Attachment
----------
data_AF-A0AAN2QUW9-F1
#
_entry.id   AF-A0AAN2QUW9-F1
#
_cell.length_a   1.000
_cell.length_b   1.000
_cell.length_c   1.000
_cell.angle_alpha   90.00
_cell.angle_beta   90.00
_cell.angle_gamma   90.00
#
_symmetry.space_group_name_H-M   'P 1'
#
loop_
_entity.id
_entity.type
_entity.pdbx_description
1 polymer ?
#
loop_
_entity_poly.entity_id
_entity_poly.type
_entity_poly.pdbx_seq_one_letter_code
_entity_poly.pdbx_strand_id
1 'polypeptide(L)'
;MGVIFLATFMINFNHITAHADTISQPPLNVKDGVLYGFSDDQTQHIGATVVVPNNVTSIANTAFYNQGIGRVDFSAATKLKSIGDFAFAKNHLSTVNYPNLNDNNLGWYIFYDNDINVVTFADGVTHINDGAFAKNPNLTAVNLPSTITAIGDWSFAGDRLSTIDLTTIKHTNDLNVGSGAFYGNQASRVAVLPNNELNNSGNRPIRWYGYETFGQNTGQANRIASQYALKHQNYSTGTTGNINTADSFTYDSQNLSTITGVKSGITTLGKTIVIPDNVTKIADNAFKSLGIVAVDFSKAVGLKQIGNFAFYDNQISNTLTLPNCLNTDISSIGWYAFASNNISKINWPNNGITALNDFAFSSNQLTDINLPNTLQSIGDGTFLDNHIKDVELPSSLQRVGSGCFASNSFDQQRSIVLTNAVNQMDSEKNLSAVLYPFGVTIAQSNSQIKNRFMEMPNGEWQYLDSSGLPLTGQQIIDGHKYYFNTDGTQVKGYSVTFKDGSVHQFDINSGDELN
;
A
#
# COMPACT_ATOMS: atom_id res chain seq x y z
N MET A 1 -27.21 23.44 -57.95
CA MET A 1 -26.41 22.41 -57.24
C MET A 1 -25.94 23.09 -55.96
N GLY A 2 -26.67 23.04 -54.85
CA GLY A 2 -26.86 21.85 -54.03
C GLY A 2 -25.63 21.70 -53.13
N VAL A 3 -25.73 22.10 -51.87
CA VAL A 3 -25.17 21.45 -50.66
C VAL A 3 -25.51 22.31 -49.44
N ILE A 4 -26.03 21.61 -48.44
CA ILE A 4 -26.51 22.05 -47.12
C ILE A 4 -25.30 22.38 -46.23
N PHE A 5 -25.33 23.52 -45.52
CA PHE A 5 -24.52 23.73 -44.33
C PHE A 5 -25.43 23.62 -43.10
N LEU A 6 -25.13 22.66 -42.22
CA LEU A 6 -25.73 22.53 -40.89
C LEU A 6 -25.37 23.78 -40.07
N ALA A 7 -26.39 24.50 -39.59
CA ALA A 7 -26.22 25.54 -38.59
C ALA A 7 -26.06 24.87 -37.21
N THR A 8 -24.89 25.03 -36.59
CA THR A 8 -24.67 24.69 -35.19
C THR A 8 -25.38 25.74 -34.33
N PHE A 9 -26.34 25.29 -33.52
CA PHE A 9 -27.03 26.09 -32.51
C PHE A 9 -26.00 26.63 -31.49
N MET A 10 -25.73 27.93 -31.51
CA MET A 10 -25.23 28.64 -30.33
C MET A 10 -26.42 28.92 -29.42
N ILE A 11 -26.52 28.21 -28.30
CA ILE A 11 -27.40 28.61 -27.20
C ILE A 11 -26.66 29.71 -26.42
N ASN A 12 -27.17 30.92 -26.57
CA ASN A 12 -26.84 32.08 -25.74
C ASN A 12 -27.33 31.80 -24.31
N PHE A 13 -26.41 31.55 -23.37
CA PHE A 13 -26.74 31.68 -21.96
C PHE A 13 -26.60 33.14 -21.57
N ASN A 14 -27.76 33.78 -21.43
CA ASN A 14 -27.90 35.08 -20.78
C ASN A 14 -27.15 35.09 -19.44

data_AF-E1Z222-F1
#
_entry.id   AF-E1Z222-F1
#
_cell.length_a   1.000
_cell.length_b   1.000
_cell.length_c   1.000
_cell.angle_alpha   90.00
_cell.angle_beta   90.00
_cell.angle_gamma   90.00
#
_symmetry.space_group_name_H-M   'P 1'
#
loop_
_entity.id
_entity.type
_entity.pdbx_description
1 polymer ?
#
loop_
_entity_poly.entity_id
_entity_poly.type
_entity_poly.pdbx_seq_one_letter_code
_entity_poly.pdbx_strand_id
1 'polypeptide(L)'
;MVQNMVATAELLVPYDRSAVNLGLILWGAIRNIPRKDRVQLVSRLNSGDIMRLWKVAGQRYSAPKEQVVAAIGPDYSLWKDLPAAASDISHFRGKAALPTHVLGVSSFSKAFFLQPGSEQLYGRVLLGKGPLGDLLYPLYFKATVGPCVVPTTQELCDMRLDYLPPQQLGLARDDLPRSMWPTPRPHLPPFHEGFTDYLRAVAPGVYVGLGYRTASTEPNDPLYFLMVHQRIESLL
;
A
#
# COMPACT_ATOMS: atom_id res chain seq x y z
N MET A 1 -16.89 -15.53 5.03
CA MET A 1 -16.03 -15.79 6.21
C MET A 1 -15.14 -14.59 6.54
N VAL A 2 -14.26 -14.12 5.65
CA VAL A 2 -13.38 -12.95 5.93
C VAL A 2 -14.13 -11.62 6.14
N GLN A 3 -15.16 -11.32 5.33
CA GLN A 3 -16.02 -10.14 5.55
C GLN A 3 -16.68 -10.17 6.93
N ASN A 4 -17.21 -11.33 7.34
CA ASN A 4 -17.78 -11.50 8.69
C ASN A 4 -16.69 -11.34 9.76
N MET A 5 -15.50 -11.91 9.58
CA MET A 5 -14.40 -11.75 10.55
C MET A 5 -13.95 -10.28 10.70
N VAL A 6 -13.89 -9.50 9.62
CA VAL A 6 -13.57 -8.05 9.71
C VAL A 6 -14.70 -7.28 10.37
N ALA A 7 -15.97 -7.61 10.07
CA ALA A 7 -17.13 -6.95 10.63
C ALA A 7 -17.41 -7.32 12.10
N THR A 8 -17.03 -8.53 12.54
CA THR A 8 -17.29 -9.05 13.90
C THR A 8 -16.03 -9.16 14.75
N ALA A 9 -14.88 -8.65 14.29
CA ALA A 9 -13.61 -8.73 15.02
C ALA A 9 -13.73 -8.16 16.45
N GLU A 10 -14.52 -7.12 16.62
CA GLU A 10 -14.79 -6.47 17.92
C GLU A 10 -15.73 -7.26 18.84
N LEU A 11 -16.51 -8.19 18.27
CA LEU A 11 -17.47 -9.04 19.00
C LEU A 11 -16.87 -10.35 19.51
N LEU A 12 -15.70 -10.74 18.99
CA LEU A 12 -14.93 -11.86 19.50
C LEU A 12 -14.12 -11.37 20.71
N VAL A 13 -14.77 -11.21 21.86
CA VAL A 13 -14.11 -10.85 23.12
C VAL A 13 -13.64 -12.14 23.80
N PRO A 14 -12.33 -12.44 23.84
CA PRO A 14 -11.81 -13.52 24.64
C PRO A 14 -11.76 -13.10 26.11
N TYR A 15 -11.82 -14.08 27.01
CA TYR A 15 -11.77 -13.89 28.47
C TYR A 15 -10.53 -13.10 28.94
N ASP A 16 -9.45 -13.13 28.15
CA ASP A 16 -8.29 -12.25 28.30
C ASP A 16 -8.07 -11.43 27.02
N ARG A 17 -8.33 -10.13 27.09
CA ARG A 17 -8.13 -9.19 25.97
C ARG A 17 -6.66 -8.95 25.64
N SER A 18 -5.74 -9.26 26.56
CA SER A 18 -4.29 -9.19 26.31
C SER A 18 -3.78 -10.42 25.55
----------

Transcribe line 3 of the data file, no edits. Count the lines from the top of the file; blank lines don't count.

_entry.id   AF-A0AAN2QUW9-F1